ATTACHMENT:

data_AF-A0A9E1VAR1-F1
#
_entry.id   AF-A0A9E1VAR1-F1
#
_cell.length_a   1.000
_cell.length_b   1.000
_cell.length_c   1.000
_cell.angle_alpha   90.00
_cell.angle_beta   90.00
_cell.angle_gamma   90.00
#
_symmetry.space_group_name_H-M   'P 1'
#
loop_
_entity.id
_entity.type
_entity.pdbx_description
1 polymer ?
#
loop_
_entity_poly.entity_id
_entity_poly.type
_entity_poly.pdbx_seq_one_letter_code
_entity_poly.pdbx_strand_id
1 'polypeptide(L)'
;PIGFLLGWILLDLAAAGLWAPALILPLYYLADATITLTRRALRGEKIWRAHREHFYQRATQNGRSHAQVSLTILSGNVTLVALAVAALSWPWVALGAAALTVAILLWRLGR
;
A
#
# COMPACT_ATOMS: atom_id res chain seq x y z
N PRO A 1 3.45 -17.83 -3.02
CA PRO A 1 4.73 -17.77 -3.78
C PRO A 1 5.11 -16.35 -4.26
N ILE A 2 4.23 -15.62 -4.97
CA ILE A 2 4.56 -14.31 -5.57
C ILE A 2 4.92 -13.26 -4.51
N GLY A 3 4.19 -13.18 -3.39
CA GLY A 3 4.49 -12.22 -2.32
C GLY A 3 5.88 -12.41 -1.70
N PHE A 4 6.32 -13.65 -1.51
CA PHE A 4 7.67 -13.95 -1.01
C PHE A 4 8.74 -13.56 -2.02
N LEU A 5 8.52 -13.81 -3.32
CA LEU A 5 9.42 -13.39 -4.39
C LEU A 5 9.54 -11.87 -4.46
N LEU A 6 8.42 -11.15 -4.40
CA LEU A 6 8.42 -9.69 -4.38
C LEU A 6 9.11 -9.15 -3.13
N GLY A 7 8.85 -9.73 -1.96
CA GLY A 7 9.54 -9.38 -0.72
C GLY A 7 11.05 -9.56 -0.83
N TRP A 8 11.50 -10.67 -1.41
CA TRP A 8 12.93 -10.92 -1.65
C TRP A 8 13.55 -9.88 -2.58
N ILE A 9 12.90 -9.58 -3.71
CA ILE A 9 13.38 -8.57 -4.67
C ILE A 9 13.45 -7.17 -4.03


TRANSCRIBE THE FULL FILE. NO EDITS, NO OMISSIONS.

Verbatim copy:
data_AF-A0A9E1VAR1-F1
#
_entry.id   AF-A0A9E1VAR1-F1
#
_cell.length_a   1.000
_cell.length_b   1.000
_cell.length_c   1.000
_cell.angle_alpha   90.00
_cell.angle_beta   90.00
_cell.angle_gamma   90.00
#
_symmetry.space_group_name_H-M   'P 1'
#
loop_
_entity.id
_entity.type
_entity.pdbx_description
1 polymer ?
#
loop_
_entity_poly.entity_id
_entity_poly.type
_entity_poly.pdbx_seq_one_letter_code
_entity_poly.pdbx_strand_id
1 'polypeptide(L)'
;PIGFLLGWILLDLAAAGLWAPALILPLYYLADATITLTRRALRGEKIWRAHREHFYQRATQNGRSHAQVSLTILSGNVTLVALAVAALSWPWVALGAAALTVAILLWRLGR
;
A
#
# COMPACT_ATOMS: atom_id res chain seq x y z
N PRO A 1 3.45 -17.83 -3.02
CA PRO A 1 4.73 -17.77 -3.78
C PRO A 1 5.11 -16.35 -4.26
N ILE A 2 4.23 -15.62 -4.97
CA ILE A 2 4.56 -14.31 -5.57
C ILE A 2 4.92 -13.26 -4.51
N GLY A 3 4.19 -13.18 -3.39
CA GLY A 3 4.49 -12.22 -2.32
C GLY A 3 5.88 -12.41 -1.70
N PHE A 4 6.32 -13.65 -1.51
CA PHE A 4 7.67 -13.95 -1.01
C PHE A 4 8.74 -13.56 -2.02
N LEU A 5 8.52 -13.81 -3.32
CA LEU A 5 9.42 -13.39 -4.39
C LEU A 5 9.54 -11.87 -4.46
N LEU A 6 8.42 -11.15 -4.40
CA LEU A 6 8.42 -9.69 -4.38
C LEU A 6 9.11 -9.15 -3.13
N GLY A 7 8.85 -9.73 -1.96
CA GLY A 7 9.54 -9.38 -0.72
C GLY A 7 11.05 -9.56 -0.83
N TRP A 8 11.50 -10.67 -1.41
CA TRP A 8 12.93 -10.92 -1.65
C TRP A 8 13.55 -9.88 -2.58
N ILE A 9 12.90 -9.58 -3.71
CA ILE A 9 13.38 -8.57 -4.67
C ILE A 9 13.45 -7.17 -4.03